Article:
Milwaukee Road-Side Attractions of Montana

MARTINSDALE, MT DEPOT

MARTINSDALE, MT DEPOT

When the Montana Railway Company built two tracks near Martinsdale in 1899, the town moved to meet it. The community was replanned around the depot and became a so-called T-town, where all of the town’s north-south roads terminated at Railroad Avenue, which paralleled the tracks. Main, the town’s primary artery for business and trade, also terminated at the depot, and thus all activity in the town was framed by rail traffic.

The depot at the head of town seems to be being disassembled. Behind it is a dead signal where the tracks used to be; they’ve been pulled.

Montana Railway was better known as The Jawbone Railroad because it is said the railroad was built more by the force of gab of its promoter Richard Harlow than its capital at the bank. In fact, the company was often in financial difficulties. It was originally meant to service the mines around Castle, where more than 2,000 were working in silver mines without a clear route to smelters.

Castle, Montana is a ghost town. Almost no signs remain that it was a mining town.

Harlow negotiated bonds with the mining companies and Northern Pacific Railroad to bring his cars from Lombard (now another ghost town) to Leadboro, not far from Castle. Apparently, Harlow’s charm was not underestimated; he soon managed to secure further agreements with NPRR to extend his road to Martinsdale.

The rail line passed a sheep ranching town called Merino, which moved, like Martinsdale before it, to meet the tracks in June of 1900. Merino residents bought the parcels from Richard Harlow and named the new town Harlowton in his honor. Montana Railway Company merged with the Milwaukee Road in 1908 and around 1914, the present depot was built for the town. It was abandoned in the 1970s and, by all indications, someone is taking it apart board by board.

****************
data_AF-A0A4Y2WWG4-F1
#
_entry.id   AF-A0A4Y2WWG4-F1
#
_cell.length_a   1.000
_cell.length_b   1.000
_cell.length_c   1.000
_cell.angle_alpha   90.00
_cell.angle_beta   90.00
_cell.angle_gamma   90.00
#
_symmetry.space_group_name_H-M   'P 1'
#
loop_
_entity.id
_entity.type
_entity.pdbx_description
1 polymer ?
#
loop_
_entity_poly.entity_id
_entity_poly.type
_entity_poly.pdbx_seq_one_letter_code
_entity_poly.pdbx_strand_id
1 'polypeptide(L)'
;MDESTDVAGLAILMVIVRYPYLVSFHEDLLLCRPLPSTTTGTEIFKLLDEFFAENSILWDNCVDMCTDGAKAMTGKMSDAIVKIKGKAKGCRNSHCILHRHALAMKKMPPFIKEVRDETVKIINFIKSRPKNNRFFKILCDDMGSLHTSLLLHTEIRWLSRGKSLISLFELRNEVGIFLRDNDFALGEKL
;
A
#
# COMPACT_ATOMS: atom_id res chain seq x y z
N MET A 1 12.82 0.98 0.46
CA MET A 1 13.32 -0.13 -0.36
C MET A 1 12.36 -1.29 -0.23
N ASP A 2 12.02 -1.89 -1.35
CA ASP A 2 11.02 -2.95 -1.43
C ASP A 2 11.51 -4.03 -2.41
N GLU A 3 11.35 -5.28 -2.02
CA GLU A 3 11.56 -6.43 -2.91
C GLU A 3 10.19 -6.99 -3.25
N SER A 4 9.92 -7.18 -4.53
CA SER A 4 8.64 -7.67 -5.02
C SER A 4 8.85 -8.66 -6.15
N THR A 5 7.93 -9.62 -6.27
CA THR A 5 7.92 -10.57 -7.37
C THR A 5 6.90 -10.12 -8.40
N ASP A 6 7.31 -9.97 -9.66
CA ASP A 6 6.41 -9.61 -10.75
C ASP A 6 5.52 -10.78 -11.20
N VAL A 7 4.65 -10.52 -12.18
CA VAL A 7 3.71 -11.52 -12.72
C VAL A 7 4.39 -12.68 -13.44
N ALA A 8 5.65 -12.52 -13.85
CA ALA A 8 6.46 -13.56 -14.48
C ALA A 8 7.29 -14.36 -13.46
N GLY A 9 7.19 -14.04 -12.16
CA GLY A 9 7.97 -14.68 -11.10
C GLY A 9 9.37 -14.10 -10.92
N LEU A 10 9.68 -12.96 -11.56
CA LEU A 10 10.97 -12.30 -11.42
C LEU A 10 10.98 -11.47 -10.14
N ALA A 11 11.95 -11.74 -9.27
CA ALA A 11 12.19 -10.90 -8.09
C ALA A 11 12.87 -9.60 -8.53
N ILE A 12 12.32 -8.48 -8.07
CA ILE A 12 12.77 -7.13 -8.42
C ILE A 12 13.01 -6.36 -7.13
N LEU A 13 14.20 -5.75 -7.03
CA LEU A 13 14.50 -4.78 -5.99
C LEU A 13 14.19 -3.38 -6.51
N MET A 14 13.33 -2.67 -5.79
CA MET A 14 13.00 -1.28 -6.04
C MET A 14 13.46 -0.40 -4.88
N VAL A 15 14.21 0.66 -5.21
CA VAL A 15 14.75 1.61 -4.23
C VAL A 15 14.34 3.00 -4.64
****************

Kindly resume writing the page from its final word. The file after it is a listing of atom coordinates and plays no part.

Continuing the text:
References »

  • (1918, September 4). The Northwestern Miller, 115.
  • (1929, July). Milwaukee Road Magazine.
  • (1959). Modern Railroads, 14(1), 136.
  • Drake, J. (1914, April). Milwaukee Road Magazine, 26.
  • Clark, R. A., & Fell, J. J., Jr. (2009). Retrieved July 14, 2017, from http://www.oldmilwaukeeroad.com/content/proud/complete_text.htm
  • HISTORY OF THE LOCATION AND CONSTRUCTION OF THE LINES WEST OF MOBRIDGE, SOUTH DAKOTA. (1915). VALUATION SECTIONS AND SUBSIDIARY COMPANIES.
  • McRae, W. C., & Jewell, J. (2009). Moon Montana. Avalon Publishing.
  • Milwaukee Road Historical District, Harlowton [NRHP Nomination Form]. (1988, July 8).
  • Snyder, S. A. (2012). Scenic Routes & Byways Montana. Retrieved from https://books.google.com/books?id=MFmBWZQys7IC
  • Stearns, H. J. (1966). History of the upper Musselshell Valley to 1920. Retrieved from http://scholarworks.umt.edu/cgi/viewcontent.cgi?article=3594&context=etd